Ça se passe bien, puisque depuis vendredi soir il y a du monde. Il y a du passage sur les différents sites que ce soit à l’exposition, au musée, à la chapelle. Hier nous aurions pu doubler le jury populaire, beaucoup de gens se proposaient en cas de désistement, donc c’est un moment fort, peut-être que pour les 15ème on doublera le nombre de participants. Moi ce qui me plait toujours c’est qu’il y a qu’il y a des gens qui viennent de partout, des quatre coin de France mais aussi des tchèques, un journaliste  allemand, un japonais, des finlandais. L’idée c’est ça, que les gens viennent, se rencontrent ; distillateurs, amateurs, bloggeurs, absintheurs peu importe comme ils se définissent, que les gens viennent pendant ce week-end et que pendant 2 jours ça vive, et je pense que la-dessus l’objectif est rempli.

L’année prochaine, nous serons en 2015, cela fera un siècle que l’absinthe a été interdite en France. Est-ce que vous prévoyez quelque chose de spécial pour l’occasion?

Oui, on essaiera de booster un peu cette manifestation, de faire quelque choses d’original pour le centenaire. Ensuite les choses restent à définir, mais c’est bien notre idée. Mais il ya aussi une question de moyens financiers, c’est parfois difficile d’inviter des gens, de payer les transports et les hébergements et tout ce qui va avec.

Dernière question, que souhaiteriez-vous faire passer comme message aux personnes qui ne connaissent pas l’absinthe, pour essayer de les inciter à s’y intéresser?

Ah, c’est une bonne question. Déjà aller sur des blogs comme celui-ci, de s’intéresser aux lieux où les gens discutent sur internet, même si parfois on a pu avoir des critiques un peu dures sur les absinthiades ou sur les produits présentés, même si nous tentons d’être le plus rigoureux possible sur les méthodes de choix et de déroulement du concours. A travers ce qui se passe sur internet, quand par exemple les gens parlent d’un bouquin de benoit Noel ou lorsqu’ils découvrent une  nouvelle bouteille, je souhaite puis qu’ils aient envie de voir ou ça se passe, d’où ça vient, qu’ils découvrent le jura, qu’ils passent en suisse ; lorsque les touristes viennent dans le jura, ils le disent : « c’est beau » ; et puis ils peuvent découvrir plein de choses y compris ce produit. Mais lorsqu’on parle de la région,  on peut se dire « des montagnes, il y en a partout, du fromage, il y en a partout, des salaisons, de la neige, c’est  pareil » le Jura est une montagne parmi les autres ;  mais cette Absinthe… il n’y a que nous, le Jura franco-Suisse.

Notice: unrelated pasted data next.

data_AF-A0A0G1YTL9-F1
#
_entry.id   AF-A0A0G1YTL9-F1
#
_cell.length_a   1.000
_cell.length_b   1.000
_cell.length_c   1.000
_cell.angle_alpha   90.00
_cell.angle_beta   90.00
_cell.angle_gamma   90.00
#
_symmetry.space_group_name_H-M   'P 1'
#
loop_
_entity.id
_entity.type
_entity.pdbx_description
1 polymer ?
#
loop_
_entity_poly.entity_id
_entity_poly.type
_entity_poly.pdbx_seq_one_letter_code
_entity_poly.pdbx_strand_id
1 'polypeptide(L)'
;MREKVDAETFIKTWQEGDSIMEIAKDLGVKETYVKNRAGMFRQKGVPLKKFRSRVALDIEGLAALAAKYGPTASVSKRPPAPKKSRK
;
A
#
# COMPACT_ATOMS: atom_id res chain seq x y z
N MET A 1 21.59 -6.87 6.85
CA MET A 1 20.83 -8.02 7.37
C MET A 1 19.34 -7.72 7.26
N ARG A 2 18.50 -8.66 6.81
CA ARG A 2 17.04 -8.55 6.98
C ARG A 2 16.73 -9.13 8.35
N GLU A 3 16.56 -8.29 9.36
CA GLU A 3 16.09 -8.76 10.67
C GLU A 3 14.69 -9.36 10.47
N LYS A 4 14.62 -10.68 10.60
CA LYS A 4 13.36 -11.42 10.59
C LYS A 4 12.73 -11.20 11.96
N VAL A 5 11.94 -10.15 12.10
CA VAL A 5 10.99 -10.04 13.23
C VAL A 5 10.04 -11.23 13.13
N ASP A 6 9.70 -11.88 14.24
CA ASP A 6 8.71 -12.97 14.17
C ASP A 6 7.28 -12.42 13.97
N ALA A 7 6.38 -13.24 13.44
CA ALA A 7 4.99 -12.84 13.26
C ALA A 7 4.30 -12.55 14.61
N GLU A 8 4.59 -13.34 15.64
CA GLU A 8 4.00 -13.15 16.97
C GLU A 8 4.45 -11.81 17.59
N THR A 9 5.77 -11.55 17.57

As a footnote, I wanted to add that for many absinthe lovers, the Absinthiades is about "bohomie," and sharing the pleasures of absinthe together. As seen above! And of course the famous competition. In 2014 the top awards went to

 a hitherto unknown blanche (La Harde 68) and a surprising verte (Cherry Rocher). Again the Absinthiades produced a controversial result, which will no doubt be discussed elsewhere!

Next year sees the 15th Absinthiades. If you haven't visited this before, then maybe it's time to go in 2015. Merci, Philippe. Et merci, Maxime.  

Sunday, 1 June 2014

"A cocktail is much improved by the addition of two or three drops of Absinthe."

James Fowler, World Class UK Bartender of the Year 2014

C.F. Lawlor's "The Mixicologist" provides one of the first versions of the Absinthe Suissesse (an adapted version of which I enjoyed last year at New York's Dead Rabbit):

The Mixicologist also contains the famous quote about absinthe in the title of this post: "A cocktail is much improved by the addition of two or three drops of Absinthe." Of course Lawlor's Suissesse contains far more than two or three drops, so don't feel limited by the quote!

Fast forward 119 years, and Gaz Regan writes in the Regan Report 2014 (quoted here) that absinthe is a "very important ingredient” in the bartender’s tool chest. “Apart from the fact that it pairs so well to both Scotch and to mescal — both known for their smoky characters — absinthe, when used judiciously, can bring fabulous nuances to cocktails that can be gotten from no other source.”